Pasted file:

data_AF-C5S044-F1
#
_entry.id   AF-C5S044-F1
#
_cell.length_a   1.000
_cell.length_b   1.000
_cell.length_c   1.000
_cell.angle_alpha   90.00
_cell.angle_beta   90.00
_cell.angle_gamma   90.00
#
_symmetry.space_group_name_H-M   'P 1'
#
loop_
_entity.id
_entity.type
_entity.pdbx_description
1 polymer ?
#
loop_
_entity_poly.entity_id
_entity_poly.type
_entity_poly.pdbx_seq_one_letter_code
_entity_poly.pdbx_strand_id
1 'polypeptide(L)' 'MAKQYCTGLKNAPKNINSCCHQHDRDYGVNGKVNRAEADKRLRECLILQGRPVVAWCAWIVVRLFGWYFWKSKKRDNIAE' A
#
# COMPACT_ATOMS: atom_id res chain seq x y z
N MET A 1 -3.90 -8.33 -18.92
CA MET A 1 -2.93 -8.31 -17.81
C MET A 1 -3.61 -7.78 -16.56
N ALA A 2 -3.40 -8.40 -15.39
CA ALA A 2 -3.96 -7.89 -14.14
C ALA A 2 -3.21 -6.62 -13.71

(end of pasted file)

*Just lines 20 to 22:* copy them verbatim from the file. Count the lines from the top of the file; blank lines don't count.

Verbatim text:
loop_
_entity_poly.entity_id
_entity_poly.type